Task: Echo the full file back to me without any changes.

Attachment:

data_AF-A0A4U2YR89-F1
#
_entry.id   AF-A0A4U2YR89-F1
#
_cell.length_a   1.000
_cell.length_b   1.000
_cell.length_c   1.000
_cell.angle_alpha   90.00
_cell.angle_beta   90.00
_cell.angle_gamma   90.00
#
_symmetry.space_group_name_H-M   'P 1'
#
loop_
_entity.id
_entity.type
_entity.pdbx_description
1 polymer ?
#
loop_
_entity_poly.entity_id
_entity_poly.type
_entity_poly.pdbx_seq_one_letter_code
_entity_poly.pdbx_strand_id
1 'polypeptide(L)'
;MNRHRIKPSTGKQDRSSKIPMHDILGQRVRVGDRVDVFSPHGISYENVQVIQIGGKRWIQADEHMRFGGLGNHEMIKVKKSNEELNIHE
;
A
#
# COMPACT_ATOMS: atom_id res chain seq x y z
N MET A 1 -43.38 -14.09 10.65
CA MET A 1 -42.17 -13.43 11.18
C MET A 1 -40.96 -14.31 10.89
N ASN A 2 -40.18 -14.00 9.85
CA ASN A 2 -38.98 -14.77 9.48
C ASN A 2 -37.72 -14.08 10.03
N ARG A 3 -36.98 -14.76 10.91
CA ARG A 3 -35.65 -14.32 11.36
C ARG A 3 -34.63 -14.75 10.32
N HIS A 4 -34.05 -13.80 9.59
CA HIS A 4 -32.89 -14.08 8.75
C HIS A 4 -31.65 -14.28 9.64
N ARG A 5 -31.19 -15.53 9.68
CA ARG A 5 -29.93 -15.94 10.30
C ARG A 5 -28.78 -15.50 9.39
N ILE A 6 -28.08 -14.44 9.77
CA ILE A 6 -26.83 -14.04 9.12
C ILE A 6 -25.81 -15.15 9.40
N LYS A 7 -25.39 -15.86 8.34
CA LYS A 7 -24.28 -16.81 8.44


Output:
data_AF-A0A4U2YR89-F1
#
_entry.id   AF-A0A4U2YR89-F1
#
_cell.length_a   1.000
_cell.length_b   1.000
_cell.length_c   1.000
_cell.angle_alpha   90.00
_cell.angle_beta   90.00
_cell.angle_gamma   90.00
#
_symmetry.space_group_name_H-M   'P 1'
#
loop_
_entity.id
_entity.type
_entity.pdbx_description
1 polymer ?
#
loop_
_entity_poly.entity_id
_entity_poly.type
_entity_poly.pdbx_seq_one_letter_code
_entity_poly.pdbx_strand_id
1 'polypeptide(L)'
;MNRHRIKPSTGKQDRSSKIPMHDILGQRVRVGDRVDVFSPHGISYENVQVIQIGGKRWIQADEHMRFGGLGNHEMIKVKKSNEELNIHE
;
A
#
# COMPACT_ATOMS: atom_id res chain seq x y z
N MET A 1 -43.38 -14.09 10.65
CA MET A 1 -42.17 -13.43 11.18
C MET A 1 -40.96 -14.31 10.89
N ASN A 2 -40.18 -14.00 9.85
CA ASN A 2 -38.98 -14.77 9.48
C ASN A 2 -37.72 -14.08 10.03
N ARG A 3 -36.98 -14.76 10.91
CA ARG A 3 -35.65 -14.32 11.36
C ARG A 3 -34.63 -14.75 10.32
N HIS A 4 -34.05 -13.80 9.59
CA HIS A 4 -32.89 -14.08 8.75
C HIS A 4 -31.65 -14.28 9.64
N ARG A 5 -31.19 -15.53 9.68
CA ARG A 5 -29.93 -15.94 10.30
C ARG A 5 -28.78 -15.50 9.39
N ILE A 6 -28.08 -14.44 9.77
CA ILE A 6 -26.83 -14.04 9.12
C ILE A 6 -25.81 -15.15 9.40
N LYS A 7 -25.39 -15.86 8.34
CA LYS A 7 -24.28 -16.81 8.44